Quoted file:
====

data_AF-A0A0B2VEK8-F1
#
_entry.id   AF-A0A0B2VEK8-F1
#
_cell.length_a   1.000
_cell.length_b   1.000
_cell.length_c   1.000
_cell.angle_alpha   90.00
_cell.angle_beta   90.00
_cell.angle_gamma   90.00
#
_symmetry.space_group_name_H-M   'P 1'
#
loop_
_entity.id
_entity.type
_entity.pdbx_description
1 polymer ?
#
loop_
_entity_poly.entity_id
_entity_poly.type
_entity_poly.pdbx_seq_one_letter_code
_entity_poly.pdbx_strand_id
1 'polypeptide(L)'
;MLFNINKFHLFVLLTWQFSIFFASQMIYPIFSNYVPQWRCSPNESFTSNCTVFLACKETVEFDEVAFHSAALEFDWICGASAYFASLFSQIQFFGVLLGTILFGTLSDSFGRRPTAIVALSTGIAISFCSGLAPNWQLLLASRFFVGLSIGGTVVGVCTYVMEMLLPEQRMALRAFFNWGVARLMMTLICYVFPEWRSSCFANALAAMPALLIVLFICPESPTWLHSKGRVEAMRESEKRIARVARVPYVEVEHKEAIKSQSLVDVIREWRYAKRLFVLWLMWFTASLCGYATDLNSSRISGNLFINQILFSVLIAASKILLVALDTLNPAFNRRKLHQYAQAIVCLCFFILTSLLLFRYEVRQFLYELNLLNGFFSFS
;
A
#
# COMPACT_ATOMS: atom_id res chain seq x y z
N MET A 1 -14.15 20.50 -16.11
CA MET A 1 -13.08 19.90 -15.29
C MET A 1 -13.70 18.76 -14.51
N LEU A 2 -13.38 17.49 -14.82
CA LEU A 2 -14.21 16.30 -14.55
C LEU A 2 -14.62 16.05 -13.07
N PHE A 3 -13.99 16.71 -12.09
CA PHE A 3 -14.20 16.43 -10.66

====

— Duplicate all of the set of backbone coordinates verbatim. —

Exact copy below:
data_AF-A0A0B2VEK8-F1
#
_entry.id   AF-A0A0B2VEK8-F1
#
_cell.length_a   1.000
_cell.length_b   1.000
_cell.length_c   1.000
_cell.angle_alpha   90.00
_cell.angle_beta   90.00
_cell.angle_gamma   90.00
#
_symmetry.space_group_name_H-M   'P 1'
#
loop_
_entity.id
_entity.type
_entity.pdbx_description
1 polymer ?
#
loop_
_entity_poly.entity_id
_entity_poly.type
_entity_poly.pdbx_seq_one_letter_code
_entity_poly.pdbx_strand_id
1 'polypeptide(L)'
;MLFNINKFHLFVLLTWQFSIFFASQMIYPIFSNYVPQWRCSPNESFTSNCTVFLACKETVEFDEVAFHSAALEFDWICGASAYFASLFSQIQFFGVLLGTILFGTLSDSFGRRPTAIVALSTGIAISFCSGLAPNWQLLLASRFFVGLSIGGTVVGVCTYVMEMLLPEQRMALRAFFNWGVARLMMTLICYVFPEWRSSCFANALAAMPALLIVLFICPESPTWLHSKGRVEAMRESEKRIARVARVPYVEVEHKEAIKSQSLVDVIREWRYAKRLFVLWLMWFTASLCGYATDLNSSRISGNLFINQILFSVLIAASKILLVALDTLNPAFNRRKLHQYAQAIVCLCFFILTSLLLFRYEVRQFLYELNLLNGFFSFS
;
A
#
# COMPACT_ATOMS: atom_id res chain seq x y z
N MET A 1 -14.15 20.50 -16.11
CA MET A 1 -13.08 19.90 -15.29
C MET A 1 -13.70 18.76 -14.51
N LEU A 2 -13.38 17.49 -14.82
CA LEU A 2 -14.21 16.30 -14.55
C LEU A 2 -14.62 16.05 -13.07
N PHE A 3 -13.99 16.71 -12.09
CA PHE A 3 -14.20 16.43 -10.66